There is an idiom that came to my mind this week: “You can run, but you can’t hide.” It really hit home:
There is a whole lot of heavy stuff, worrisome stuff, going on in our part of the world. The temptation to run from it, figuratively speaking, is huge (and understandable).
But in the end, we – Israelis and those who love Israel – can’t hide, and best be aware.
I say all of this because, no sooner had I sent out my last posting, which described in some detail the threats we are dealing with to our north, then additional news broke:
The IDF has revealed information about an enormously important site being set up by Hezbollah in the Bekaa Valley in Lebanon for the production of precision rockets. Iran is providing equipment and the guidance of senior officers.
While this is new information for laypersons – and the exposure to laypersons is calculated – the site has been on the radar of the IDF for a while. Hezbollah, uneasy about the possibility of an attack on the site, has been transferring sensitive material out of the enclave to civilian sites in Beirut.
There is reason to believe that the recent attack by an Israeli drone on a Hezbollah-related site in Beirut may have been connected to this.
On Friday, US Secretary of State Mike Pompeo (pictured) delivered a message to Lebanese President Michel Aoun, warning that Lebanon should dismantle this rocket-producing facility or else Israel will attack and destroy it in coming days. He added that the US would support the attack.
The message did not go through standard diplomatic channels but was sent directly to Lebanese Foreign Minister Gebran Bassil, known for his close ties to Hezbollah leader Hassan Nasrallah.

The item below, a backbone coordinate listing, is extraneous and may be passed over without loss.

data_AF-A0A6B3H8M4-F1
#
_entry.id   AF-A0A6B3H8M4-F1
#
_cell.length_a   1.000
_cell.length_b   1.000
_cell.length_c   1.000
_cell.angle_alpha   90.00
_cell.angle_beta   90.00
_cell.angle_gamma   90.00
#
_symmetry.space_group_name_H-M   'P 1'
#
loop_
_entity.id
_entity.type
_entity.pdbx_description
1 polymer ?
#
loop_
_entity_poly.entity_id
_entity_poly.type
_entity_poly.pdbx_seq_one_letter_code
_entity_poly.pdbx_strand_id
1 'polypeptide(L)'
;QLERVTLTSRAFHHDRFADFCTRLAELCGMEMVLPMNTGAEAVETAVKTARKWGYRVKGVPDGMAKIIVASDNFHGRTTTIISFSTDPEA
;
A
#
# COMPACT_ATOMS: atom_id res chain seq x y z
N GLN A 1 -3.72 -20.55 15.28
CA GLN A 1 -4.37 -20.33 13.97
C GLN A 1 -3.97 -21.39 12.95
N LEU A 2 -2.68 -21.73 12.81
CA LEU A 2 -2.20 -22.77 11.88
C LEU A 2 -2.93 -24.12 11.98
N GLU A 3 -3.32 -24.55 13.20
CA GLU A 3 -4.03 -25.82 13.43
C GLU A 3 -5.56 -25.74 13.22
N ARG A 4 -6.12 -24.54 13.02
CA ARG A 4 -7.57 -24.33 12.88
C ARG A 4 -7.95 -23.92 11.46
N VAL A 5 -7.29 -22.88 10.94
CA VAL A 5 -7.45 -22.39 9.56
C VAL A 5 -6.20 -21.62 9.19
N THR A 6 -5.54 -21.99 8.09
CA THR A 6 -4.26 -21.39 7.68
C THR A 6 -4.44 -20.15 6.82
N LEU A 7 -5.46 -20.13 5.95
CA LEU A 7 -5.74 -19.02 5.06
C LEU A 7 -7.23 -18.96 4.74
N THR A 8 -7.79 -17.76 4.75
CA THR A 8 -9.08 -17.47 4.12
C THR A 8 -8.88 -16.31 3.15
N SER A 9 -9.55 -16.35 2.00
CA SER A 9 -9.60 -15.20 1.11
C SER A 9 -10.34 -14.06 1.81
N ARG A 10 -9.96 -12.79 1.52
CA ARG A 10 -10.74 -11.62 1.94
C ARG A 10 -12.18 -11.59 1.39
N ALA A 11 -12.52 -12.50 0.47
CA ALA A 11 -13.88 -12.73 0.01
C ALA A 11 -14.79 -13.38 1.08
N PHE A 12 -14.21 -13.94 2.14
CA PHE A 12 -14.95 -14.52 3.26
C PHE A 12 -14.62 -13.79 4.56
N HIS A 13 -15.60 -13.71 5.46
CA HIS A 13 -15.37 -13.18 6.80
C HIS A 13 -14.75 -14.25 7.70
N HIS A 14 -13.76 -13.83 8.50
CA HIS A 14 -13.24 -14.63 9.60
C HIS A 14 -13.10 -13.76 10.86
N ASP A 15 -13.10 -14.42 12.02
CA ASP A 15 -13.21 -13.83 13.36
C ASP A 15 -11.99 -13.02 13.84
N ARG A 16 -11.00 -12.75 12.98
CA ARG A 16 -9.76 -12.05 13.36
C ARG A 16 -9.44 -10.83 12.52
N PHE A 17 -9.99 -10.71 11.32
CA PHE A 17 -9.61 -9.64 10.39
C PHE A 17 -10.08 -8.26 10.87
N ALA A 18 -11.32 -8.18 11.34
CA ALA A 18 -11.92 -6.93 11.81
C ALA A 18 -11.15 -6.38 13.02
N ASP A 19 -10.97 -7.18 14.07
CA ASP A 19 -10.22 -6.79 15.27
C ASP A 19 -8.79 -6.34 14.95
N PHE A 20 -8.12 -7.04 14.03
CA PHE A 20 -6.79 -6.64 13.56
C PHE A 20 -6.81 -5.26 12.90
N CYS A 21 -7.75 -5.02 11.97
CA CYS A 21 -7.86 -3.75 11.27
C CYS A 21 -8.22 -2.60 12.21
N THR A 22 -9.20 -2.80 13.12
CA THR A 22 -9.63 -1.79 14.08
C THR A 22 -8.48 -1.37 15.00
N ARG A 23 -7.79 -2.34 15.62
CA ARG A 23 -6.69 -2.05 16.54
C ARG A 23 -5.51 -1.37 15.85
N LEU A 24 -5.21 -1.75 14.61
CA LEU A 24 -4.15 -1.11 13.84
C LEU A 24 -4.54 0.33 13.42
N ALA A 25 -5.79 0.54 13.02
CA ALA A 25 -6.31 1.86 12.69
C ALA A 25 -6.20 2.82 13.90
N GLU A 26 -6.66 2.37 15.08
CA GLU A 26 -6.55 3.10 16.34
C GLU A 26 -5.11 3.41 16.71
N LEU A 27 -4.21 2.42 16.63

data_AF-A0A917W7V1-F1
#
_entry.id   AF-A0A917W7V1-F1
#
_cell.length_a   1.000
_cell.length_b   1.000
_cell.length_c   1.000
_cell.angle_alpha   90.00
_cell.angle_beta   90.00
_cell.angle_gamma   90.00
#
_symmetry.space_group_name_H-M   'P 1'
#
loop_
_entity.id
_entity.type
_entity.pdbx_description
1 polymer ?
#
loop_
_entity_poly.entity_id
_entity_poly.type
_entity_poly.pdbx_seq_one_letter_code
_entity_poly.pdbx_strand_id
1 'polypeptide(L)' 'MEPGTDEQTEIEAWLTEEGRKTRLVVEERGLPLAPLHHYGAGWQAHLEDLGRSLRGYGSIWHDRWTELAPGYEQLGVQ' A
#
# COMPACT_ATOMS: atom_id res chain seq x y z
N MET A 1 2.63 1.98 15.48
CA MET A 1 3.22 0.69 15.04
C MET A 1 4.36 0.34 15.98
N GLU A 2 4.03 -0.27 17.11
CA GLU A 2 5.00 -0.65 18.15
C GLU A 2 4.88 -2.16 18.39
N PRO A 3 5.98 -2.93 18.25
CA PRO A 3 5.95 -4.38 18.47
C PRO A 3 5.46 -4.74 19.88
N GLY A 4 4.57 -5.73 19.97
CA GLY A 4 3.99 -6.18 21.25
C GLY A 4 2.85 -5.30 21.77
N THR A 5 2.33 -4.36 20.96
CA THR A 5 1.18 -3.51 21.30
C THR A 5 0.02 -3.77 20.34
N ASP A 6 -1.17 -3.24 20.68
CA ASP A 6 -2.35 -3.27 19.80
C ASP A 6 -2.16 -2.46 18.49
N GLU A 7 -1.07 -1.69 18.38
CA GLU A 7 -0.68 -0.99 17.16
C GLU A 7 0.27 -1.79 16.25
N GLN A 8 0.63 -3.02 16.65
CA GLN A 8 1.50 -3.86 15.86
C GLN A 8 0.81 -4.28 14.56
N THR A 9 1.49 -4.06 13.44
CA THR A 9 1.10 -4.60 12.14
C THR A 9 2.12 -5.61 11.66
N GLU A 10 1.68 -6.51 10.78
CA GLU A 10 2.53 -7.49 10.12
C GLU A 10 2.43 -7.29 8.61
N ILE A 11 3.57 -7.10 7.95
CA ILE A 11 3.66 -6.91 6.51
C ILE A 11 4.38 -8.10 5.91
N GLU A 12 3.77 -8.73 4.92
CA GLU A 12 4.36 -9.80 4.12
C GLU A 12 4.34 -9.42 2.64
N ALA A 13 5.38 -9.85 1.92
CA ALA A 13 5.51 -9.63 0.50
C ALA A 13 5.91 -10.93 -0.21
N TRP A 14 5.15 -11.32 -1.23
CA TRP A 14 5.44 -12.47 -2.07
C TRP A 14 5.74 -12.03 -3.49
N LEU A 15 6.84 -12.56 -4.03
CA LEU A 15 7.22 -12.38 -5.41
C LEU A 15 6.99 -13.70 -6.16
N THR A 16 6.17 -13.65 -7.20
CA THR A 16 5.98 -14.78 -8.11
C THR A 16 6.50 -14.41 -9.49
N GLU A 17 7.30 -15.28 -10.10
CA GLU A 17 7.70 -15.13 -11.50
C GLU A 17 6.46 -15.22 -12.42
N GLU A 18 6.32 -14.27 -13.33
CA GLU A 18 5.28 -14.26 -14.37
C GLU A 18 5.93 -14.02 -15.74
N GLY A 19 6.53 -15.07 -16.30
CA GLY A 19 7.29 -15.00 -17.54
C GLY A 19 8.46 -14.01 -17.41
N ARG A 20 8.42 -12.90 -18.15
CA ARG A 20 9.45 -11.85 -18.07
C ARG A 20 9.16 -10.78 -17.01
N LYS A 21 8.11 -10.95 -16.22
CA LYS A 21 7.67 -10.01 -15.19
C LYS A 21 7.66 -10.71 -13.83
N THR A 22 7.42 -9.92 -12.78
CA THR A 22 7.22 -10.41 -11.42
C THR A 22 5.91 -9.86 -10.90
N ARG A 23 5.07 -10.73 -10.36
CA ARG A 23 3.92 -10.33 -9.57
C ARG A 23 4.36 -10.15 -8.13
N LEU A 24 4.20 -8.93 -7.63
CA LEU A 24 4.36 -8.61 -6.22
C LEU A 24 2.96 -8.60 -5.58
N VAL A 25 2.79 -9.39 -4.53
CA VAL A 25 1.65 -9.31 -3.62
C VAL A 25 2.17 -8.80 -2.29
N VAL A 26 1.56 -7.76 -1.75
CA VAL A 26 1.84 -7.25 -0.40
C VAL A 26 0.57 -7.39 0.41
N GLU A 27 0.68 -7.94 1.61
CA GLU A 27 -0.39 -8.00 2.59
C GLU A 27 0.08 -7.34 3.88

The Lebanese, who have also been warned by Israel that they will pay a dear price if we attack, are clearly nervous: Lebanese Prime Minister Saad Harari (who has three Hezbollah members in his cabinet) just declared in an interview that “Hezbollah is not only Lebanon’s problem –– it is a regional problem.”
Translation: Don’t blame us.
But Mustapha Allouch, a Lebanese politician, tells it straight: “Everybody in Lebanon knows Iran and Hezbollah call the shots rather than the Lebanese government and military.” Lebanon has been hijacked by Hezbollah, he says, and the Lebanese are giving them permission to do so – this is a manifestation of the Stockholm syndrome.
At about the same time, Fox News revealed that Iran, in its continuing attempts to establish a major military presence in Syria, is constructing its biggest military base there yet. Scheduled to become operational in a matter of months, it would house thousands of Iranian soldiers, as well as store missiles.
Its presence at the Syrian border with Iraq, only 200 miles from a US base, has been confirmed by satellite photos secured from ImageSat International, an Israeli civilian satellite company.